It’s no secret that weather can trigger a flare-up of some health conditions. Osteoarthritis and chronic obstructive pulmonary disease are two examples. But some people aren’t aware of one danger associated with weather: the impact of high humidity on blood pressure.
Research shows that high humidity can present serious health risks for people with high blood pressure and heart disease. That’s why it’s important for caregivers to learn the warning signs of heat-related illness, along with steps to prevent it.
High Humidity and High Blood Pressure
Humidity is a measurement of how much moisture is in the air. Health experts say a senior’s risk begins to rise when the temperature outside is over 70 degrees and the humidity is at 70 percent or greater.
When it’s hot and humid outside, the heart has to work much harder. The body may need to circulate twice as much blood per minute as it does on an average day.
Despite how heavily you might sweat, high humidity makes it difficult to cool down. Excessive sweating increases a senior’s risk for dehydration because it lowers the amount of fluid in the body. The result is greater strain on the heart. That’s especially dangerous for a senior who lives with high blood pressure or heart disease.
12 Heat-Related Warning Signs Caregivers Should Recognize
If you are the caregiver for a senior loved one, it’s important to be able to recognize the warning signs of heat and humidity-related illnesses.
- Rapid pulse
- Excessive sweating
- Inability to sweat
- Cold, clammy skin
- Muscle cramps
- Swelling in hands or feet
If your loved one is exhibiting a few of these symptoms, don’t wait to seek medical assistance. That often means calling 911.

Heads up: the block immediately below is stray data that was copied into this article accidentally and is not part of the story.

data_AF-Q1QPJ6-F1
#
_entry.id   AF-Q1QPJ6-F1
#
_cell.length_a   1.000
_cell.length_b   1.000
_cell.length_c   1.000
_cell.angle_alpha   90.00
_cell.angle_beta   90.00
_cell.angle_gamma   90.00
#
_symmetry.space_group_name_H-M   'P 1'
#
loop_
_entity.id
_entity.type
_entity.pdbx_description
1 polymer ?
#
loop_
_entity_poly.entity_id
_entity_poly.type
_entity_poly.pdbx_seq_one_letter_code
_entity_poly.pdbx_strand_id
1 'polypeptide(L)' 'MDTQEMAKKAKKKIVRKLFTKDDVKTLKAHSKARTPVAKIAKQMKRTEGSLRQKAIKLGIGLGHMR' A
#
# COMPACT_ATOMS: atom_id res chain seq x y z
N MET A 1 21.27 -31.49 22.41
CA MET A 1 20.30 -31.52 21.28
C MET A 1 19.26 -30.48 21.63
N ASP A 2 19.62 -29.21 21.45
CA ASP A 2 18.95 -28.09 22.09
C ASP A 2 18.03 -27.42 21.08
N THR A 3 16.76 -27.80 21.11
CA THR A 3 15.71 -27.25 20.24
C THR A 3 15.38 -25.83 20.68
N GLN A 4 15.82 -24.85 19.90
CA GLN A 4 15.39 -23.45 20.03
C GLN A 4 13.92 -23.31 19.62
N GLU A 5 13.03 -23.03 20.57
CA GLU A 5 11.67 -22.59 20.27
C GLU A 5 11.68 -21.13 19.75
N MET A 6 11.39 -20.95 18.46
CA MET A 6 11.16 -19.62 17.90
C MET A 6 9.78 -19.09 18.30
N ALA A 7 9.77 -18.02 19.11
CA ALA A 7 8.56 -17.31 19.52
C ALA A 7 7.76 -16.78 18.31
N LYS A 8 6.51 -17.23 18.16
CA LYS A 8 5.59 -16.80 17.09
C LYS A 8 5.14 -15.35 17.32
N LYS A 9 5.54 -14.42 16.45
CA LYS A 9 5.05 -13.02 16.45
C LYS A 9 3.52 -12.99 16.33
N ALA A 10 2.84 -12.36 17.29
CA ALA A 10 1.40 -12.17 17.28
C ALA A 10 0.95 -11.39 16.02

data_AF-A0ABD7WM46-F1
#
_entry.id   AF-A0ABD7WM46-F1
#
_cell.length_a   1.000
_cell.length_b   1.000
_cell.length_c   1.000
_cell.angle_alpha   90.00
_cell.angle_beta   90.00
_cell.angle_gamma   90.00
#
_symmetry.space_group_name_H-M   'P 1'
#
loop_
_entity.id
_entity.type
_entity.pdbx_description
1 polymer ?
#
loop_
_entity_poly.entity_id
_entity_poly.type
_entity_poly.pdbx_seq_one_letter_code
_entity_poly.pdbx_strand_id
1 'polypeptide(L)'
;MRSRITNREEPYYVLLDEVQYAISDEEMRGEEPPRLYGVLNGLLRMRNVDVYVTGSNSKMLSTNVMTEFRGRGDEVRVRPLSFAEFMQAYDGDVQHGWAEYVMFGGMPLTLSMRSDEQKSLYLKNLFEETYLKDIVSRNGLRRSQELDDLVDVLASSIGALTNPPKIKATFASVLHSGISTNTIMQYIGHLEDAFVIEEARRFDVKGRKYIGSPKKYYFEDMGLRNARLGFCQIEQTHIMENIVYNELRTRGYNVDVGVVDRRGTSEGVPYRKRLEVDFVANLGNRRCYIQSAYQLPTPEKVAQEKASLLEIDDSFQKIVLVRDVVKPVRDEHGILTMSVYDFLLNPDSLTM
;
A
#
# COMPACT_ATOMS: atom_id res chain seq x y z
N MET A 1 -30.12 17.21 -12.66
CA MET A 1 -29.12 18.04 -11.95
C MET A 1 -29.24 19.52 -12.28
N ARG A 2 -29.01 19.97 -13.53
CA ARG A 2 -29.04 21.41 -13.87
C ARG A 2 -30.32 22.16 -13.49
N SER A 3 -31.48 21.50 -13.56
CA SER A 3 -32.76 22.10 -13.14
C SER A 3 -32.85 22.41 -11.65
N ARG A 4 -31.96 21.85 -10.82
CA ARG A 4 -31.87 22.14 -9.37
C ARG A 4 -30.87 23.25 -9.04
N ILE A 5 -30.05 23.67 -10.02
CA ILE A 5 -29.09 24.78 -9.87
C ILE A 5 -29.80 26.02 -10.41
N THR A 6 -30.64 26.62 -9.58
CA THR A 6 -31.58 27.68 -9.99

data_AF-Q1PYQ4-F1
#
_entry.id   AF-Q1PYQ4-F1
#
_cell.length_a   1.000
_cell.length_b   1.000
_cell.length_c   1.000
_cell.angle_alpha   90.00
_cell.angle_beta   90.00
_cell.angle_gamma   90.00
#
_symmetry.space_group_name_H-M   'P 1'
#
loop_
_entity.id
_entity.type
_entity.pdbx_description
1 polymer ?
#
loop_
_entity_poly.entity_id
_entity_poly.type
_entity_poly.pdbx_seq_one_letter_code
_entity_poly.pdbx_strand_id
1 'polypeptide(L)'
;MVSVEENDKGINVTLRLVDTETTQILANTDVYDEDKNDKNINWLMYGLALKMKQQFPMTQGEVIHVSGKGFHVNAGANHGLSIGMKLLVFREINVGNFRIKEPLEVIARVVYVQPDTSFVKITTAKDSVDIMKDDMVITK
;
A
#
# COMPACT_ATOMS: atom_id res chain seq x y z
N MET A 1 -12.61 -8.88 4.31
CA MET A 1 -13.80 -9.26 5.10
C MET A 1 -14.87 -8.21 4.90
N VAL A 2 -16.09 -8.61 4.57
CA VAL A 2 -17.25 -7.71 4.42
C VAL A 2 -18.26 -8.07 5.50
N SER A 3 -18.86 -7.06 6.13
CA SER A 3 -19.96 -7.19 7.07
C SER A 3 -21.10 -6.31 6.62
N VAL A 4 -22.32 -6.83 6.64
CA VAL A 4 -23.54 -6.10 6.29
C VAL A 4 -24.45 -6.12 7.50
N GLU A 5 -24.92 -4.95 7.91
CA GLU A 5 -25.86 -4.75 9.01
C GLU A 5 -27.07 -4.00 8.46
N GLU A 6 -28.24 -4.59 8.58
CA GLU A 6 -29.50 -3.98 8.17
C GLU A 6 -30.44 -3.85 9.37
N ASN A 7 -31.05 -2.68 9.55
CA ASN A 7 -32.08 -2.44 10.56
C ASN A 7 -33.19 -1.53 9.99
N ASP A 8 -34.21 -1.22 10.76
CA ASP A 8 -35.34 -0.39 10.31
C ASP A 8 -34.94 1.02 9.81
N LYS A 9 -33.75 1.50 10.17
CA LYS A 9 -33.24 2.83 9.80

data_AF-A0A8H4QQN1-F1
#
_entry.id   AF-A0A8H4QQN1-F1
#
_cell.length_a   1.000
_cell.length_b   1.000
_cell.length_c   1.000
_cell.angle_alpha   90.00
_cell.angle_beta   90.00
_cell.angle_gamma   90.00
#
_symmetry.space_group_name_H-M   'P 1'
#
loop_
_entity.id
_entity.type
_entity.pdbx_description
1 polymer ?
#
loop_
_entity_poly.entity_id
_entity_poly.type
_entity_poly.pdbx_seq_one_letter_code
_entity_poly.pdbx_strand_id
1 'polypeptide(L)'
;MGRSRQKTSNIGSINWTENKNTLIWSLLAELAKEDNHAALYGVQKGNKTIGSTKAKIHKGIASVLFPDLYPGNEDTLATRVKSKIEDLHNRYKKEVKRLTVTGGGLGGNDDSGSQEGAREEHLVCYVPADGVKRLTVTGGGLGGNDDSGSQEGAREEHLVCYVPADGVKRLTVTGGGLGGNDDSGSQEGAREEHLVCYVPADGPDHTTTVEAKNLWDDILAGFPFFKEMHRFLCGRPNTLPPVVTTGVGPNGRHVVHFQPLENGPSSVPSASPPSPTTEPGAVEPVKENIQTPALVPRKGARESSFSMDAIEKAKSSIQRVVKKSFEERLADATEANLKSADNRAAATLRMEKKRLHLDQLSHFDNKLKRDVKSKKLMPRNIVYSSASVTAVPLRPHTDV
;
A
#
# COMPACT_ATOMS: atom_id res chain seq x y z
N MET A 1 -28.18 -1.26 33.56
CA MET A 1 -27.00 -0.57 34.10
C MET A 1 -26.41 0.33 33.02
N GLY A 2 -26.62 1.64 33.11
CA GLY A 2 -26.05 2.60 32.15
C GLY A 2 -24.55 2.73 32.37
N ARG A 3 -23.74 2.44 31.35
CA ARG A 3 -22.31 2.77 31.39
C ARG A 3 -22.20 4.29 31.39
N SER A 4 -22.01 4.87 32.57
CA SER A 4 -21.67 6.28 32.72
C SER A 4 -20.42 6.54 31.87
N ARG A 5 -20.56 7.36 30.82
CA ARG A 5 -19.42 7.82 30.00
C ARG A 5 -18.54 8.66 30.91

4 Steps to Prevent a Humidity-Related Health Crisis
Here are a few ways you might be able to help a senior avoid a heat or humidity-related illness:
- Stay hydrated: Drink plenty of water. Experts say eight glasses is a must, even more if you are sweating. Consuming foods with a high water content, such as berries, tomatoes, cucumber, melon, celery, and leafy greens, boosts hydration, too.
- Avoid midday heat: By staying indoors during the hottest times of day, a senior can lower their risk for a heat-related crisis. This is typically between noon and 4:00 p.m. Whenever possible, schedule errands and outdoor tasks for early morning or evening.
- Cover up: While it might seem counterintuitive, wearing a lightweight, long-sleeved shirt made of a natural fiber offers protection on hot days. Also, investing in a hat with a brim wide enough to shield the face helps.
- Eat right: You can also lower your risk by making smart food and drink choices. Avoiding alcohol and caffeine helps. They act as a diuretic on the body, which increases the risk of dehydration and a heat-related health crisis.
If you are struggling to gain the cooperation of an older adult in your life when it comes to heat and humidity risks, we have some suggestions you might find helpful. Read Having a "Heat Intervention" With a Senior to learn more.
Source: Sunrise Senior Living